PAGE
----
Housing Nominee Watt Flunks Privacy And Transparency Tests

by John Berlau on May 1, 2013 · 1 comment

in Legal, Politics as Usual, Privacy

Two prerequisites for any nominee for government posts is dedication to transparency in government and a respect for the privacy of citizens. Before we get to any other issue about Rep. Mel Watt, D-N.C.,  President Obama’s expected nominee to be director of the Federal Housing Finance Agency, which oversees the government housing entities Fannie Mae and Freddie Mac, we must first get past his troubling record on two issues regarding these concerns in which he was on the opposite side of bipartisan good-government coalitions.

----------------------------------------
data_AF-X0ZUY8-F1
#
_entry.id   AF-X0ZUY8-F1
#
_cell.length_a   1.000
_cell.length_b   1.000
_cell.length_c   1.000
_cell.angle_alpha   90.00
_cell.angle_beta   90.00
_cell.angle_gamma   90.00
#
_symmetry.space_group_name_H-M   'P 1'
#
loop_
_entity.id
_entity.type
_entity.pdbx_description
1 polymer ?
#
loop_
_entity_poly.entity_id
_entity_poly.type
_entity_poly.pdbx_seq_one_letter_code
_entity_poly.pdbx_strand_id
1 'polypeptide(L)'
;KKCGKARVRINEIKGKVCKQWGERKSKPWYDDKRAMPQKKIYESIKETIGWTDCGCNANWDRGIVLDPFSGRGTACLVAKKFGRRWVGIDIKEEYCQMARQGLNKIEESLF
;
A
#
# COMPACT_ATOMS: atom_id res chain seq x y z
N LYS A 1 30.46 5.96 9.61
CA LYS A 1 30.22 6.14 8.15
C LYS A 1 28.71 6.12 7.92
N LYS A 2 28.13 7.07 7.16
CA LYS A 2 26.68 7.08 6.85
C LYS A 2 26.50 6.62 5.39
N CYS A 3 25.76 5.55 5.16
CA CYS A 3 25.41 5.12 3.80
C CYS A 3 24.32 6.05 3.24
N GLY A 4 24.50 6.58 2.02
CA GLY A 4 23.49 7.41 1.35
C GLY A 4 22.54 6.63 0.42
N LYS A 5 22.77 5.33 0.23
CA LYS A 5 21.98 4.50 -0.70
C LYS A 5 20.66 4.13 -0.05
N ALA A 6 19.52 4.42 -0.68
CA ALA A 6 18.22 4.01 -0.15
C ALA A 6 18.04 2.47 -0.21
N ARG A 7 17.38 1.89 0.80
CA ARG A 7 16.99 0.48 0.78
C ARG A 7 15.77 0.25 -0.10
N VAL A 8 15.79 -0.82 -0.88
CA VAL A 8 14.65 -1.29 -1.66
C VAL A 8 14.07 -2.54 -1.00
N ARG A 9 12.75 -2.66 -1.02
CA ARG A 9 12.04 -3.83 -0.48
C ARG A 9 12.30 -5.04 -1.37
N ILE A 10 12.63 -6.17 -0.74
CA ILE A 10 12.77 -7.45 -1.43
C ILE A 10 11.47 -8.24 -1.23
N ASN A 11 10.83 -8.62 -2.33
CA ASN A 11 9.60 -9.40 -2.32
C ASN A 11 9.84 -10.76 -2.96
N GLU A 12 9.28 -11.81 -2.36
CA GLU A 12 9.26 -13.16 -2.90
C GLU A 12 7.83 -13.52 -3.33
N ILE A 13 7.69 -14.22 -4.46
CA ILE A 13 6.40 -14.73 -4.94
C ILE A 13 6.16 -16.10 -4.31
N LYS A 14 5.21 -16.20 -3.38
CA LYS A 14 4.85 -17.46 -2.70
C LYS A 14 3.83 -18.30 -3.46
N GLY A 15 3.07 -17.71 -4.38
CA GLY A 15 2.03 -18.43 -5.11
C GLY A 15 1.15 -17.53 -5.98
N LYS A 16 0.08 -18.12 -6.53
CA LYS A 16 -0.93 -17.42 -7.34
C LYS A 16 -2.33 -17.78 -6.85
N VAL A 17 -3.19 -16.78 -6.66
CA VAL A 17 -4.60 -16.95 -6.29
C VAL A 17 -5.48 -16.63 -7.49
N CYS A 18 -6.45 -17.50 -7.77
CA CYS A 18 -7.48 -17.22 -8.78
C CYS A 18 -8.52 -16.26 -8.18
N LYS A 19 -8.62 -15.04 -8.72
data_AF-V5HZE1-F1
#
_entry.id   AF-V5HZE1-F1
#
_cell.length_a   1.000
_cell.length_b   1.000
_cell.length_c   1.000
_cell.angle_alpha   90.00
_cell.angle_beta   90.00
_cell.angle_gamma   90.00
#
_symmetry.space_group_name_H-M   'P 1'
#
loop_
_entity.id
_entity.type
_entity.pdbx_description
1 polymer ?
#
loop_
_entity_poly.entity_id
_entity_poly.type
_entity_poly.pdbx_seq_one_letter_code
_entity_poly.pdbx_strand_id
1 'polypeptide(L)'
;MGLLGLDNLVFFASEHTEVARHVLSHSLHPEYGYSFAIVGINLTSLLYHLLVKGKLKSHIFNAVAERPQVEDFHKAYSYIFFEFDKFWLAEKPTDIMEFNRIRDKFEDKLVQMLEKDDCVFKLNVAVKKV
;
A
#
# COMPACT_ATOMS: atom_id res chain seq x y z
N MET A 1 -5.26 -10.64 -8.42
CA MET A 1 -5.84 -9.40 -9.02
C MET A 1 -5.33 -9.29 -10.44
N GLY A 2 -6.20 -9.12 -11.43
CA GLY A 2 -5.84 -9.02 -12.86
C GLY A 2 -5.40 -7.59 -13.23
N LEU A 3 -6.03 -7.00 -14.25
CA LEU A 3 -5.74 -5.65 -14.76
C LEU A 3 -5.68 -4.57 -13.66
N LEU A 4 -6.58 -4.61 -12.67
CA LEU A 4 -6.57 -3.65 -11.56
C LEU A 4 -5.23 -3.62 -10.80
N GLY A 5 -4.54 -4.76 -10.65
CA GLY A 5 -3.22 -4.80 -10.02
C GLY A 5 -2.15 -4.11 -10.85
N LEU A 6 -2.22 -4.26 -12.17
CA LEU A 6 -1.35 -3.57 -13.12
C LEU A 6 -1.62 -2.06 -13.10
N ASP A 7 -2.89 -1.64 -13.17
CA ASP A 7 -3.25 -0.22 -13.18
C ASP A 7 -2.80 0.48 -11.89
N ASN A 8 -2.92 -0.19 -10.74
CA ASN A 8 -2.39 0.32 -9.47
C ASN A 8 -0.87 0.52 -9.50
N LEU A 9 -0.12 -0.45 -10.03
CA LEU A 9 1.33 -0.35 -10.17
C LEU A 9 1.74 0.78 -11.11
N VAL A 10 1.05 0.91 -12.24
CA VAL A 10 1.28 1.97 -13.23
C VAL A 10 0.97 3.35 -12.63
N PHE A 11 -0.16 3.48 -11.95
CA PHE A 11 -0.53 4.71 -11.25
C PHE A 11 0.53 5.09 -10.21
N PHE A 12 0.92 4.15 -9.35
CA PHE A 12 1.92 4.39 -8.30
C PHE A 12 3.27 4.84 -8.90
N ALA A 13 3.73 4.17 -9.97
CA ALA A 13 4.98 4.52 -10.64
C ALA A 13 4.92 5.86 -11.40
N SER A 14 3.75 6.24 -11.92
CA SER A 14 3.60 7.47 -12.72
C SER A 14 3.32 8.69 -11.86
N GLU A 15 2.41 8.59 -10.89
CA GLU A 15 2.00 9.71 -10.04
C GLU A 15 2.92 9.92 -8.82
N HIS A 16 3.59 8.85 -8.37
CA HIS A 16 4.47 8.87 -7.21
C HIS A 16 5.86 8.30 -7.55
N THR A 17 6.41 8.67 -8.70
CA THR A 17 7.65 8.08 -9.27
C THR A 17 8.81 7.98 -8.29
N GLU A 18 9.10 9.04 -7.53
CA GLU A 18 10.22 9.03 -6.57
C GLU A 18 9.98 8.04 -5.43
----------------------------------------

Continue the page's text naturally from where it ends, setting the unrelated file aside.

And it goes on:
During the debate leading up to the passage of the Dodd-Frank financial regulatory overhaul in 2o10, Watt supported nearly all of the legislation’s costly mandates on the private sector. But he thought having the Federal Reserve go through a simple audit of its books by the Government Accountability Office, which nearly every other agency goes through, would place too much of a “burden” on this government entity. So Watt helped gut the provision supported by then-Rep Ron Paul, R-Texas, and Sen. Bernie Sanders, I-Vt., and a huge left-right coalition that included the Competitive Enterprise Institute, to audit the Fed.

Then the next year Watt became a co-sponsor of the Stop Online Piracy Act. When privacy concerns were raised, again from the left and right (and again including CEI), Watt pooh-poohed what he called the “hyperbolic charges.” SOPA was soon dropped because of online activism based on legitimate privacy and innovation concerns.

More to come on Watt’s other troubling views.

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